When Fritz 1.0 was launched our grandmaster friends thought it was quite cute — it actually played chess and avoided elementary mistakes. But of course the program was not a serious opponent. Versions 2 brought a clear improvement, and even top players had to be more careful when playing against it.
On December 28, 1992, I took the latest beta version of Fritz 3 with me to Cologne, where World Champion Garry Kasparov was preparing for a match. We installed the program on his HP OmniBook laptop and he played, compulsively, around 35 blitz games, against it. Fritz won four of them. It was an historic occasion: for the first time in his life Garry had actually lost a game against a computer, albeit at fast time controls and under informal circumstances.
As the world knows, four years later Kasparov played against a million-dollar machine developed by IBM. He won the match in Philidelphia against Deep Blue quite comfortably. The world-wide attention the event got prompted the computer giant to challenge him to a rematch. This was staged in 1997 in New York, and Kasparov faced an improved version of Deep Blue. He lost the match, not because the machine was stronger than him, but because he was out-psyched by the opponent. In my opinion the computer was close to 2700 Elo points in playing strength, and the World Champion was over 2800. But Deep Blue had a library of millions of opening moves, which it could consult during the game. Kasparov tried to counter this with unconventional lines of play, which were not at all suited to his style. He also knew full well that playing a machine is quite unlike human chess matches: make one mistake and you lose. During the game you are always under tremendous pressure, mindful that you must not commit even the slightest inaccuracy. That really cramped his style.
In the years of development of Fritz, which has currently progressed to version 16, I was able to experience this first-hand. Initially top grandmasters, who were regular visitors in my home, thought the program was cute; after version 3 they said it was getting better; then it became a “serious opponent”; then “wow, it’s really strong!” Fritz started to play in public tournaments and matches. In 1993 it in fact won the Computer Chess World Championship, ahead of a prototype version of Deep Blue.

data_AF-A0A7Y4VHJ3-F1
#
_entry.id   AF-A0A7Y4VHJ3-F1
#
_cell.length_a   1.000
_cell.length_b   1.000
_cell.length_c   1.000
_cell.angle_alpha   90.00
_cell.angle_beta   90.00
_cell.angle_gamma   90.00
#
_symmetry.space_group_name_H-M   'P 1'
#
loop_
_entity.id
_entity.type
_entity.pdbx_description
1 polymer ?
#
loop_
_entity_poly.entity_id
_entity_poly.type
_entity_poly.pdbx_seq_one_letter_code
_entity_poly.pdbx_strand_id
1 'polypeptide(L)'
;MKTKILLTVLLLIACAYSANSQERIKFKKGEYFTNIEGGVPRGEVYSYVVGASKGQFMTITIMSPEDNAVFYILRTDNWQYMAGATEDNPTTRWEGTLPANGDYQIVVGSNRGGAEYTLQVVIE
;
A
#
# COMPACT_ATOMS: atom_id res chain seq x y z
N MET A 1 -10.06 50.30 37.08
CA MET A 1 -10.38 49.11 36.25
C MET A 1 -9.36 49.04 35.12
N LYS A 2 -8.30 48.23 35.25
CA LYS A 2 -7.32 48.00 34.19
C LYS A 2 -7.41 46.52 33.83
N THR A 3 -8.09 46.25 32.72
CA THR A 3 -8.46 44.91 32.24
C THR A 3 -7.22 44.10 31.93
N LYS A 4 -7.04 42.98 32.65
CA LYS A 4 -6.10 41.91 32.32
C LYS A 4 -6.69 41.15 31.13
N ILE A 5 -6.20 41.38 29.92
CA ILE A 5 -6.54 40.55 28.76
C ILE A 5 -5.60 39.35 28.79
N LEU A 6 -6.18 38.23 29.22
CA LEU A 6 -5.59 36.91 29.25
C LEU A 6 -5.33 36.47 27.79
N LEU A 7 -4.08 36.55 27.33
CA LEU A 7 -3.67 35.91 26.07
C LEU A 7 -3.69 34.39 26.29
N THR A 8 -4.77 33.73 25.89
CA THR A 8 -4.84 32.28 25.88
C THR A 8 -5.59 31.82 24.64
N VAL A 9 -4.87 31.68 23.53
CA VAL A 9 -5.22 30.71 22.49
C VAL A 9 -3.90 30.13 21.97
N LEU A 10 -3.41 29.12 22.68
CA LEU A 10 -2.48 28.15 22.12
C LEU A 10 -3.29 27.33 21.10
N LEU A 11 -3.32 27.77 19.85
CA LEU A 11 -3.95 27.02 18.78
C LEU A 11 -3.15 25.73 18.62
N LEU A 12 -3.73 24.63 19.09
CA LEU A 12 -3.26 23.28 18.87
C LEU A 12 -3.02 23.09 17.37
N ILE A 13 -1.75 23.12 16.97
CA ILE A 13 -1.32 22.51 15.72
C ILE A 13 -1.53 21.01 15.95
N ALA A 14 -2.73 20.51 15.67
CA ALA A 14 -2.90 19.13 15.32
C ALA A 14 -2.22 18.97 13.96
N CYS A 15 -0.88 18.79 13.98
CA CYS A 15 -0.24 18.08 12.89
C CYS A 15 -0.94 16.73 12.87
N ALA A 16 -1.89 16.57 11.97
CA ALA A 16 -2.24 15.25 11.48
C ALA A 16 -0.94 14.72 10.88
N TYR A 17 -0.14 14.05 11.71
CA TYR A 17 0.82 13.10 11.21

In 2002 Fritz played a match against the human world champion Vladimir Kramnik, drawing him with 4-4 points, and in 2006 it beat him in a six-game return encounter 4–2. Soon matches against human players had to be abandoned, after chess engines had climbed the rating scale to over 3000 Elo points (the strongest human players are rated around 2800). Today top engines like Fritz, Stockfish, Komodo or Houdini are approaching 3500, which means playing them against a human opponent would be like racing Usain Bolt against a Ferrari. Simply unfair.
So why are chess engines still so popular? Not because people are eager to play against them, but because they can help you to analyse. They will explain moves, show you new ideas, tell you where you went wrong in your games. In my view this has had an overall positive effect, even if people tend to worry about “over-preparation” by top players. That is to a certain degree justified. But on the other hand, after analysing with computers players are willing to take greater risks and play more daring games, because they have seen how chess engines handle them. “If I simply take the pawn the position looks very promising,” players used to say; but the process of making sure that it does not lose to some tactical manoeuvre was so tedious that they would abandon the idea and play something safer. With chess engine assistance available at a single mouse click people are able to prepare more volatile strategies, analysing them thoroughly in a reasonable amount of time. The latest versions of Fritz have been tuned not to beat human opponents more soundly, but to help them to study the game, to train for opponents in their next tournaments and matches.
So where does this leave us? Chess programs are ridiculously strong, and their playing strength keeps increasing every year. How far can that go, and do we really need an engine that plays 4000 Elo chess? Well, the last year has brought a radically new development in chess programming — one that is relevant not just for the game but for humanity in general. In 2017 the Google company Deep Mind introduced an Artificial Intelligence program called AlphaZero, which was unlike any traditional chess engine that had been handcrafted over years by top programmers. Alpha Zero was only told the rules of the game, how the pieces move, and then, using massive hardware, worked everything out by itself, in self-play. After just a few hours of calculation the program had reached superhuman strength and was able to beat a top chess engine — making it the strongest entity that had ever played chess. And that is just the start.
But this is the subject for a later article in this series.